The name Middlebury came from its location in the middle of Salisbury and New Haven. Middlebury College, one of the United States' elite liberal arts colleges, was founded in 1800. In the summer, the town plays host to the annual Middlebury College language schools, as well as the College's Bread Loaf Writer's Conference, the oldest continuous conference of its kind in the nation. The true history of the Middlebury Inn is in its remarkable and unique details: the hallways of the main building wander and dip, built wide enough to allow ladies outfitted in hoop skirts to maneuver with grace. The original front desk is still located in the grand lobby. Each of the guestrooms have been outfitted with restoration wall coverings, high ceilings, brass fixtures, and period moldings.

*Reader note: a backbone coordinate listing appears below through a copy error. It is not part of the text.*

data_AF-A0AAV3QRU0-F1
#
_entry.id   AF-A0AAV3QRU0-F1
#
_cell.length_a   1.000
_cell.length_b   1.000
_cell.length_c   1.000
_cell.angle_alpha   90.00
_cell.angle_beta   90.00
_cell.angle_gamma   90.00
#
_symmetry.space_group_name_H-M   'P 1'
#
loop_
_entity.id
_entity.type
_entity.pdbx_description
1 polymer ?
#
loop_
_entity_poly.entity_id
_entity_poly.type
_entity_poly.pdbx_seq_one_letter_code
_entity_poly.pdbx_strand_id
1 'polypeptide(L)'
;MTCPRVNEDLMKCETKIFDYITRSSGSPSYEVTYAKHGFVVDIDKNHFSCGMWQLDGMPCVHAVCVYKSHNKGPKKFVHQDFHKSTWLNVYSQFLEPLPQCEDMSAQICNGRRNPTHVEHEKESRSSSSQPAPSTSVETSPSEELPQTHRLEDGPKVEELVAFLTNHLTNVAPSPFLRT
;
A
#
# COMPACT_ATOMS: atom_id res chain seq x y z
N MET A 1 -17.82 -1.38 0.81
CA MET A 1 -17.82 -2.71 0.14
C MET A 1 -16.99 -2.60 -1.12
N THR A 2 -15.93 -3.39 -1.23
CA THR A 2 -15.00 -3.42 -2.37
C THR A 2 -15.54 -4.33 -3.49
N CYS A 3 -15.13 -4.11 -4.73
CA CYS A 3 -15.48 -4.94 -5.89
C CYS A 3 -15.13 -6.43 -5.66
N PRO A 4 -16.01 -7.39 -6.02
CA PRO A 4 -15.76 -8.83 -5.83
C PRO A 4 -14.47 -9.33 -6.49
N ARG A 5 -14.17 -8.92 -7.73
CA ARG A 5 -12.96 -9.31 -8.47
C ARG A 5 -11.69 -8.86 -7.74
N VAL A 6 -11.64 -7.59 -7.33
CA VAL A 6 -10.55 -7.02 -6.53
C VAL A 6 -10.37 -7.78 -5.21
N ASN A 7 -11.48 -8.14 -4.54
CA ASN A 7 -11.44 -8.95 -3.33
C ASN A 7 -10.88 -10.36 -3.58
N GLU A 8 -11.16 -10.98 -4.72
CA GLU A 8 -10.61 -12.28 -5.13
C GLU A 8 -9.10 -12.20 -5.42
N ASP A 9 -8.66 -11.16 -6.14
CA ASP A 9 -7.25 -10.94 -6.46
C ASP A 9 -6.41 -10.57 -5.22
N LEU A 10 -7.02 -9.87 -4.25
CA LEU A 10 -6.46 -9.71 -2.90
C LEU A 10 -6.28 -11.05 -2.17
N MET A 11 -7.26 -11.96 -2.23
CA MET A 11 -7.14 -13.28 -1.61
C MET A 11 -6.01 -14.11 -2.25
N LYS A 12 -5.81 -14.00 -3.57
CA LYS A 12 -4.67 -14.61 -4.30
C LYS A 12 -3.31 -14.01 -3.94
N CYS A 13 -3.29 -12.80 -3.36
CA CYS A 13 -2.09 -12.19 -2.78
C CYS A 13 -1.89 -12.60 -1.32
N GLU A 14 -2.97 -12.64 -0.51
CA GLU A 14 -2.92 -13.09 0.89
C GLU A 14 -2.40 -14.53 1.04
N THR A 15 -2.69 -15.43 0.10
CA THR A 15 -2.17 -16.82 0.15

The last addition to the inn came in 1968, when 20 modern Annex units were added under the management of the Treadway Company. The adjacent Porter Mansion, part of the Middlebury Inn, is a stately brick home built in 1825 for local merchant Jonathan Wainwright and named for its eventual owner, the William Porter family. With its graceful curving staircase, fine leaded glass entrance, exquisite marble fireplaces and intricate moldings, the Porter Mansion adds nine Victorian-style guestrooms. Therefore, the Middlebury Inn offers the perfect blend of modern comfort and classic historic charm.

*excerpted from his book Built To Last: 100+ Year-Old Hotels East of the Mississippi


About Stanley Turkel, CMHS